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Embracing the challenges of fieldwork: A story of a field validator

For the past 6 years Catalina Abing, 35 years old, a Bachelor of Education Major in Elementary Education graduate of Brgy. San Vicente, Carlos P. Garcia, Bohol has decided to take a different path of career – a chosen career she didn’t expect to be passionate about that has unexpectedly given her in-depth life lessons.

Catalina Abing (in red vest) administers validation to a household in Brgy. Kampikit, Carlos P. Garcia, Bohol for the implementation of the Unconditional Cash Transfer (UCT) program.

Currently working as one of the field validators of the Department of Social Welfare and Development (DSWD) – 7 under the Listahanan for the implementation of the Unconditional Cash Transfer (UCT) program, Catalina has nothing but joy as she fulfills her duty as a field worker every day, unmindful of the distance that she had to walk under the heat of the sun only to reach the hopeful potential beneficiaries/households on her list to be validated.

The discrepancy of some information on her birth certificate caused her a difficulty in taking the Licensure Examination for Teachers and securing a license. This is one of the factors for her to take on a different job.

Before she got hired as a field validator of the department, Catalina has already worked as a field staff for the Philippine Statistics Authority (PSA), Department of Agriculture (DA) and Bureau of Fisheries and Aquatic Resources (BFAR) for the implementation of their projects. In 2015, she was hired as enumerator for more than a month of the DSWD-7 Listahanan during the second round of household assessment and has worked as an Area Supervisor of the Population Census (PopCen) of the PSA for three months.

Embracing the challenging nature of field work has also meant embracing the sacrifices that the field work has asked from Catalina. She had to sacrifice the time that should be allotted to and shared with her three children (Jonaline, 12, Josuana, 10 and Joliana, 5) for she became pre-occupied of the tasks that she had to effectively accomplish in the field.

Gisakripisyo nako akong pamilya para pagtuman sa akong trabaho. Nisakripisyo ko gumikan kay maayo raman pud akong tumong. Nagtrabaho ko para sa uban nga nanginahanglan sa programa sa gobyerno ug para naa pud koy ikabuhi sa akong pamilya (I have sacrificed my family to fulfill my job. I am doing it for a good cause. I was working for the people who deserve to benefit the programs of the government and I was working to feed my family at the same time),” said Catalina.

Those glitches weren’t enough reasons for her to quit what she had started.

Catalina continued doing what has already become her passion that her husband eventually understood. Jonas later on became supportive of what Catalina was doing. Field validation work, crossing islands, maneuvering off-road routes of far flung areas, encounter with heavy rains and dangerous animals and the unfamiliar surroundings with different risks are among the travel hurdles that Catalina had bravely faced in fulfilling the significant task of gathering data from different households entrusted to her.

Dili lang kay gigukod kog iro. Naa sad toy higayon nga natunok ko unya nagtaki-ang nako. Pero gipaningkamotan gyud nako nga makapadayon gihapon nga matiwas nako og adto ang mga balay nga survey-hunon pa (I wasn’t just chased by a dog. I even got pricked by a thorn and was already limping but, I’ve tried hard to still walk and continue the survey of the remaining households),” Catalina narrated.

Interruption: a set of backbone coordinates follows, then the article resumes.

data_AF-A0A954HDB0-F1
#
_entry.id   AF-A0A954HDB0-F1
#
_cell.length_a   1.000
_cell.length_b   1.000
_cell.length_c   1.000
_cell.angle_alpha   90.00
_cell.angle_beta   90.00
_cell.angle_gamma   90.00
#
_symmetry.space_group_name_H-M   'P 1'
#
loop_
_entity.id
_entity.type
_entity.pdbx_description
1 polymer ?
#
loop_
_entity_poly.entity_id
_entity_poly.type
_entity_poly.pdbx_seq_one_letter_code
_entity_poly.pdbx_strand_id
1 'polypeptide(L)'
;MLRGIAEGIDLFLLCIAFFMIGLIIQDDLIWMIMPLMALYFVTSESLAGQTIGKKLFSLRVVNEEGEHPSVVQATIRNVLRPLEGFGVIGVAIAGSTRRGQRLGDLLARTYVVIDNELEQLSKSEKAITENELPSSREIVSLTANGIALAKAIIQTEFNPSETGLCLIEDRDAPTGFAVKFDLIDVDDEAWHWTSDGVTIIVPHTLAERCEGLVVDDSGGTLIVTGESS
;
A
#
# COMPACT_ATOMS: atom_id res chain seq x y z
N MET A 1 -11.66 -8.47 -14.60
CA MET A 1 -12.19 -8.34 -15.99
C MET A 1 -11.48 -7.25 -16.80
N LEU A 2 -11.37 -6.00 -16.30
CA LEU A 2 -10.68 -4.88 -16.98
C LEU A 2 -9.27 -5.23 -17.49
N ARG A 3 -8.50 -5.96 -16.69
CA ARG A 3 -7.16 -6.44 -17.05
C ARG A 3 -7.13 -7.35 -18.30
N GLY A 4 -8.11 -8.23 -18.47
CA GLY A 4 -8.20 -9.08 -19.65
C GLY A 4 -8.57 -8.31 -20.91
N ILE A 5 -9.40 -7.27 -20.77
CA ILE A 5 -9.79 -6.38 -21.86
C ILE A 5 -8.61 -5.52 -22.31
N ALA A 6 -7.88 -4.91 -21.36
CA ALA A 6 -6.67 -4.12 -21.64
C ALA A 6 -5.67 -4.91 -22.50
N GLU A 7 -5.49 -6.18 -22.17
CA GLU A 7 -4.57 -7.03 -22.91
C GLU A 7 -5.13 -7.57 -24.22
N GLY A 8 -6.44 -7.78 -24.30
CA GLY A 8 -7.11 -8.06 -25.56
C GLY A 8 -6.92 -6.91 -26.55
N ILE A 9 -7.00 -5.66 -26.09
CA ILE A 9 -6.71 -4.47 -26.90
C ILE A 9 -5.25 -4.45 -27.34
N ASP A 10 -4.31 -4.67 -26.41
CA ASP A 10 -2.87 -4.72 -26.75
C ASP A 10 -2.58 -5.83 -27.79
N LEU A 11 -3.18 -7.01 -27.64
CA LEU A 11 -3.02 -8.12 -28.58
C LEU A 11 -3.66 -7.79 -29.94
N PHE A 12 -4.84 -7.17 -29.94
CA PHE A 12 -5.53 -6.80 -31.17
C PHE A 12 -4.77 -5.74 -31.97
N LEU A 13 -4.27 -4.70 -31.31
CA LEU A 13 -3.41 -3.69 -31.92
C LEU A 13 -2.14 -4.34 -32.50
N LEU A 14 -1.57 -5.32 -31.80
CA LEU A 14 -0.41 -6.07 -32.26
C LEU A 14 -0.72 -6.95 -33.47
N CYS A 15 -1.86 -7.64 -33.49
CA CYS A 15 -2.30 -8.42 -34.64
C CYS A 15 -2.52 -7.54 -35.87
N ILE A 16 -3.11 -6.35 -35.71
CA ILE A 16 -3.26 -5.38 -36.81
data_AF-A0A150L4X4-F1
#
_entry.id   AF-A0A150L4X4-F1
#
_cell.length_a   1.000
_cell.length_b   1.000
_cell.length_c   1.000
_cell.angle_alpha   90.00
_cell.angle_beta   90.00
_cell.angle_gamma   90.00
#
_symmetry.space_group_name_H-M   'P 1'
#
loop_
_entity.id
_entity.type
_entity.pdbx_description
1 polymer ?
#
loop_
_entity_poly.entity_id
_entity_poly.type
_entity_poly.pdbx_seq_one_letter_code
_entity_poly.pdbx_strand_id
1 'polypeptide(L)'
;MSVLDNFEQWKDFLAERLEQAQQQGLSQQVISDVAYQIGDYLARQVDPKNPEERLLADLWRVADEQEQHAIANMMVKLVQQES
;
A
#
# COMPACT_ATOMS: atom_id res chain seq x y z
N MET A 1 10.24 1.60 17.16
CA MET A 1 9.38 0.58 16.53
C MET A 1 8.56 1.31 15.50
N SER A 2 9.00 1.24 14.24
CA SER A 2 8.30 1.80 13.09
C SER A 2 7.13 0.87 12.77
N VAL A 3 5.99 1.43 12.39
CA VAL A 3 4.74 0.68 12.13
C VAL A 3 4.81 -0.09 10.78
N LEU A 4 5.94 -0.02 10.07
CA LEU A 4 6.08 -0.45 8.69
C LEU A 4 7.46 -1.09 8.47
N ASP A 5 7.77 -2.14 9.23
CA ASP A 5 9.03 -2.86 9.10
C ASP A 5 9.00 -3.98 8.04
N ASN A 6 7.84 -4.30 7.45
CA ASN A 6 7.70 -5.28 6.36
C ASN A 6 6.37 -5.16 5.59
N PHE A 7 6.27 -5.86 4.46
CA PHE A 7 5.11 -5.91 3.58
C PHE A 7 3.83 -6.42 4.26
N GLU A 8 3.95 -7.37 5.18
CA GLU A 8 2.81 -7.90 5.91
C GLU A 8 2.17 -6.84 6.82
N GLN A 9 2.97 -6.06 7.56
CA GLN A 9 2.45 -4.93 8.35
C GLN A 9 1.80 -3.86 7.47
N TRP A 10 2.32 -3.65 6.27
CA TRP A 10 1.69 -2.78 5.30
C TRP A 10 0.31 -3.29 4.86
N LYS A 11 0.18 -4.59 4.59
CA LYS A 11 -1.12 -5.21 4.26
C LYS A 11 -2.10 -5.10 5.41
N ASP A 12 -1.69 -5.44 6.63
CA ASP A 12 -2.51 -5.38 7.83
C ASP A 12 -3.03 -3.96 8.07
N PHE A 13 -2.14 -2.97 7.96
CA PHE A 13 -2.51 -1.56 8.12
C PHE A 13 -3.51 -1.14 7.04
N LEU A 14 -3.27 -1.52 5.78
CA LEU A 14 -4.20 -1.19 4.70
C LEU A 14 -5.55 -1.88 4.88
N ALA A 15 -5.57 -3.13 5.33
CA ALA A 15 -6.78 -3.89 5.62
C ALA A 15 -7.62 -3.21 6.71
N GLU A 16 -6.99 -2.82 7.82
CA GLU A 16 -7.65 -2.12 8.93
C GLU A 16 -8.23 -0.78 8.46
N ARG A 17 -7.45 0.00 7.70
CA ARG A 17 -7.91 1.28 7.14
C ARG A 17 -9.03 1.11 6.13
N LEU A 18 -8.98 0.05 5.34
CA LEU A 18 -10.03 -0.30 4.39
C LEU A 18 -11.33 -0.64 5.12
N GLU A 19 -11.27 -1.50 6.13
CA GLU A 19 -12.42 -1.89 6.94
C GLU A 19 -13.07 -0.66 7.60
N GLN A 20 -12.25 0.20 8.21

Field validation work can get very arduous every day but Catalina has never complained about the struggles she’d gone through. For her, everything became worth it when she reached the area and saw the dire need of the deserving people to benefit the programs and services of the government.

For her, skipping a single house means depriving a household of the opportunity to be included in the programs and services of the government. “Mura ra pud nag gihikawan sila ilang katungod nga maapil unta sa programa sa gobyerno (It seemed like I am taking away from them their right to benefit from government’s programs and services),” Catalina added.

Catalina Abing (second from left) together with the other field validators, strikes a pose for a photo souvenir before they dispersed themselves to their respective areas of assignment for the UCT field validation.

One thing that Catalina learned while doing such task is learning to be grateful even in the most little blessing provided instead of whining for not having the things one lack. “Bisan sa among kalisud nga nasinati, na-realize nako unsa diay ko ka blessed tungod kay naay mga higayon nga sa akong pag survey naa koy maabtan nga grabi kalisud nga wa na gyud gikaon ug ultimo sa pagpamiste lisud kaayo (Despite our difficulties, I realized that I am blessed because there were times when I was doing validation I witness families in dire status who have nothing to eat and where clothing is a problem), she expressed.

Now, she feels grateful and proud seeing those households she had surveyed or validated already enjoying some programs and services of the government. It was satisfying on her part knowing that her sacrifices while doing field work benefited the poor. It was then that she come to realize how important her role as a field staff is in helping the government choose the right people to benefit from its social protection programs.

Catalina looks forward to doing more of fieldwork as she saw the beauty of the career she has chosen. She may have not successfully pursued her teaching profession but she believes she is still doing an equally fulfilling public service. ###

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